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Monday, 4 November 2019

Recycle heat to electricity with ultracentrifed liquids

 By circulating liquids in charged nanoscale channels, it is possible to convert heat into electricity as efficiently as the best thermoelectric materials.

When subjected to a temperature difference, a nanofluidic channel can generate electricity , with a performance comparable to that of the best thermoelectric solids.
© ILM (CNRS / University of Lyon 1)

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The materials solid thermoelectric can convert a temperature difference into electric energy . They thus constitute an important energy resource for the years to come. However, the best performing materials are rare, expensive and often toxic. Physicists of theInstitut light material in Lyon (. CNRS / University Lyon 1) explored an alternative possibility: using nanofluidic channels confining the water salty. Such systems have received much attention recently because they are able to produce electricity from the osmotic energy of seawater . This "blue energy" comes from the phenomenon of osmosis , that is to say the spontaneous flow of the liquid from the most concentrated to the least concentrated medium. But the application of these devices for recycling in heat electricity lost by many industrial processes in electricity is only beginning to be studied. This lower interest is explained by the standard image of the thermoelectricity of charged liquids, developed in the 1980s, and which predicted performance far below that of thermoelectric materials.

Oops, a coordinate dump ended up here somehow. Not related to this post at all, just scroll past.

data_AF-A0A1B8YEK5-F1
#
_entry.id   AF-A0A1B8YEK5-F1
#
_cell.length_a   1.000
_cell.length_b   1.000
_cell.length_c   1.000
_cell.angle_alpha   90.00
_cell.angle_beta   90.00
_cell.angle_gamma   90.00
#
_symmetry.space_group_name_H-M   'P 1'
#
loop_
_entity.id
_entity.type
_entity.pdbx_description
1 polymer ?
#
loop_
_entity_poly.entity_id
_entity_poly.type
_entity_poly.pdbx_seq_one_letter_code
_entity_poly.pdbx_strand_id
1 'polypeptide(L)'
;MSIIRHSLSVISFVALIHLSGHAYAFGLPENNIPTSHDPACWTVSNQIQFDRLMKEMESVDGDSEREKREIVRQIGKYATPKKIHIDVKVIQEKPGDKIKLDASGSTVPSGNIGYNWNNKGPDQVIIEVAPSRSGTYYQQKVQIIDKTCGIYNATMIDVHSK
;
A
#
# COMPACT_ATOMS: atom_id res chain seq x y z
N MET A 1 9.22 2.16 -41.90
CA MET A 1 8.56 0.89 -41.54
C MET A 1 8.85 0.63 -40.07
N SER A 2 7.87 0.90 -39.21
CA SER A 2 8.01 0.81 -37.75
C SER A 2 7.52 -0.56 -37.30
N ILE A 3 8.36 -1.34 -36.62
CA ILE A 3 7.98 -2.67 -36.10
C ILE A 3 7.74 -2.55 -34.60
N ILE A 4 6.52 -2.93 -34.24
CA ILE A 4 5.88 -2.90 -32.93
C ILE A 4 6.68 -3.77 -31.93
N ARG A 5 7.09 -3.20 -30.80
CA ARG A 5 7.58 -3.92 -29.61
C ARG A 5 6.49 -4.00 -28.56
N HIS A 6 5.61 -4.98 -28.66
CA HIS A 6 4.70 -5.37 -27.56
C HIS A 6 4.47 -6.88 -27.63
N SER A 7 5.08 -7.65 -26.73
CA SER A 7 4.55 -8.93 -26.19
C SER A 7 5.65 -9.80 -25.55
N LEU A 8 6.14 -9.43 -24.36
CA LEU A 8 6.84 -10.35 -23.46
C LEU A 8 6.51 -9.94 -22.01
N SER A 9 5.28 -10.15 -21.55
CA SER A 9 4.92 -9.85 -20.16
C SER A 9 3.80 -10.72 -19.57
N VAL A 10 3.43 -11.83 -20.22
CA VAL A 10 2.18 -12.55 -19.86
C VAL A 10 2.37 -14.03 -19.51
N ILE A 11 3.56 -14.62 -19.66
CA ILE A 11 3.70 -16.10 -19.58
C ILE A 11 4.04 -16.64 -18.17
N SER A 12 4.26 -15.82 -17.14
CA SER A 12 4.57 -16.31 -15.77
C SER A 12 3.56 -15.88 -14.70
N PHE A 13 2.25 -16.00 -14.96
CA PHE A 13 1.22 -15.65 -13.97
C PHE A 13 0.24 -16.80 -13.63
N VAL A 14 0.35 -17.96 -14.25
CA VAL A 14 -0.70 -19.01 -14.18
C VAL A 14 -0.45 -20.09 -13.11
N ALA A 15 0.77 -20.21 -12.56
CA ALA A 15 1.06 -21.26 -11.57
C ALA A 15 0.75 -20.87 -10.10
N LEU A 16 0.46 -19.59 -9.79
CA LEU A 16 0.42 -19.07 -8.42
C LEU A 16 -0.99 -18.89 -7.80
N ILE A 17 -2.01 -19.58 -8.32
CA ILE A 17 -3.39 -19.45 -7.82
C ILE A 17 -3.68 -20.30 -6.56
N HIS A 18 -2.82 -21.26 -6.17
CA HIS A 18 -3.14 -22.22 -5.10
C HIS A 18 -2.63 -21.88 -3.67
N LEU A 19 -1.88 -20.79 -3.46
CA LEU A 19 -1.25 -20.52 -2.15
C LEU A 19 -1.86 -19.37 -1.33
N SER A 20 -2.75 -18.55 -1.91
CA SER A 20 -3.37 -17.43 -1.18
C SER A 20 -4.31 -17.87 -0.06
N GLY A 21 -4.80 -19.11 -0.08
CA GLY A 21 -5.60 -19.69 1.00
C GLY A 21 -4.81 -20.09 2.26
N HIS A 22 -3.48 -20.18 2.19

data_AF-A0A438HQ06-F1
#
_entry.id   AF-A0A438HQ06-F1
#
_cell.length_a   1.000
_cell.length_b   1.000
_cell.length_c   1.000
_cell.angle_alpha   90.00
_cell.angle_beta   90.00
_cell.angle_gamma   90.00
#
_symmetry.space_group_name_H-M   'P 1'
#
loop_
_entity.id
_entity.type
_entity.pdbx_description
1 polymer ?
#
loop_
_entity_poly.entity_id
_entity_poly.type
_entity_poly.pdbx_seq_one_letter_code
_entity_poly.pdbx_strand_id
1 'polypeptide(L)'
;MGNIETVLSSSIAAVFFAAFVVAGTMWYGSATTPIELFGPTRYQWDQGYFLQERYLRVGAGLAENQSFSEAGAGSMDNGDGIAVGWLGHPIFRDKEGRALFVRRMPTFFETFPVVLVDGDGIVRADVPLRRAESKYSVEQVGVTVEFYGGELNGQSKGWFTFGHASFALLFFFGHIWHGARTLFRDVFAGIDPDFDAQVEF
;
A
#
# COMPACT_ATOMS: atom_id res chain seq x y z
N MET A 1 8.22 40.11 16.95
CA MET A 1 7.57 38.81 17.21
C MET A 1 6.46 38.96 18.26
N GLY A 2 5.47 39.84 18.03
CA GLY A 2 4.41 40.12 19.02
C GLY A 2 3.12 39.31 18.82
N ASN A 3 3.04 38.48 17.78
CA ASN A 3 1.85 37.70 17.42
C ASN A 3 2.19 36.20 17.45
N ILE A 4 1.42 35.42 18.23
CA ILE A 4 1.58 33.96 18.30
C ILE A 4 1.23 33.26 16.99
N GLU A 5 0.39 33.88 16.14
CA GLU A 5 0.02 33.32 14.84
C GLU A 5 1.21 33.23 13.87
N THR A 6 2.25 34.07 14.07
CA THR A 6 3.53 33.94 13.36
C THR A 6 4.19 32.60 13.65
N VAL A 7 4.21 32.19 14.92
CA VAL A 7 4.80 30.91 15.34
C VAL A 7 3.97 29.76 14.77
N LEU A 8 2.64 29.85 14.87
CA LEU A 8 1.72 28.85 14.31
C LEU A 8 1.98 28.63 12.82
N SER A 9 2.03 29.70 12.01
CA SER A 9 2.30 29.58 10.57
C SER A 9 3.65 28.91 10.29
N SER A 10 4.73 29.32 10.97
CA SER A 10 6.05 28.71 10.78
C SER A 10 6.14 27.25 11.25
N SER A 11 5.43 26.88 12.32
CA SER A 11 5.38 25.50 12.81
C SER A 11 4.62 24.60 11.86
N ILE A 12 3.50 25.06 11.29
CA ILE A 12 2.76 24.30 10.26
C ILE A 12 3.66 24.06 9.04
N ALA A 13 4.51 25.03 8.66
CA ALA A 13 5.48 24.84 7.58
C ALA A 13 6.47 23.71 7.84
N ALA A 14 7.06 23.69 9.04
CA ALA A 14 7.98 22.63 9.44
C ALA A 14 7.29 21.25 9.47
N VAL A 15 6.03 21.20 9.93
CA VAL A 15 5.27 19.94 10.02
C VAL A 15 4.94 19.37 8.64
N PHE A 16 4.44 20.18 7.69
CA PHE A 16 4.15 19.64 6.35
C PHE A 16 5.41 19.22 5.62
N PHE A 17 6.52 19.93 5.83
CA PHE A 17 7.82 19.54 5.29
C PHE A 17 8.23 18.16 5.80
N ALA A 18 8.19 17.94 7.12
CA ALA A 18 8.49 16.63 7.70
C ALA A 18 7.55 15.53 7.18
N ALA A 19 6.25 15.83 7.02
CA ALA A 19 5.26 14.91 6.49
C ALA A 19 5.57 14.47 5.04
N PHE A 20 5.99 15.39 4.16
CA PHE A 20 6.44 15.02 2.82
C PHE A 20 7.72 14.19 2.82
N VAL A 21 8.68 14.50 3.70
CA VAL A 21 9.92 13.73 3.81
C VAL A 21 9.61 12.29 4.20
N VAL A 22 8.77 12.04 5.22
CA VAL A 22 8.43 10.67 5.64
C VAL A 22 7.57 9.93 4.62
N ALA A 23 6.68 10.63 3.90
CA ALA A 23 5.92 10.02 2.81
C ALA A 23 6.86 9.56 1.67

Scientists have tested these models using simulations of the behavior of matter at the atomic level. In this type of simulation, the motion of each atom is explicitly described, which allows to measure independently the influence of the various parameters (interactions with the walls, electrostatic contribution) on the movement of the atoms and therefore of the electric current.. Against all odds, they showed that the performance of nanofluidic systems was a hundred times better than the predictions of standard models, and could be comparable to those of the best thermoelectric solid materials. This work demonstrates the potential of nanofluidic systems, and by understanding their mechanisms, they can serve as a guide for the development of high performance devices, a cost-effective and non-toxic alternative to thermoelectric materials.

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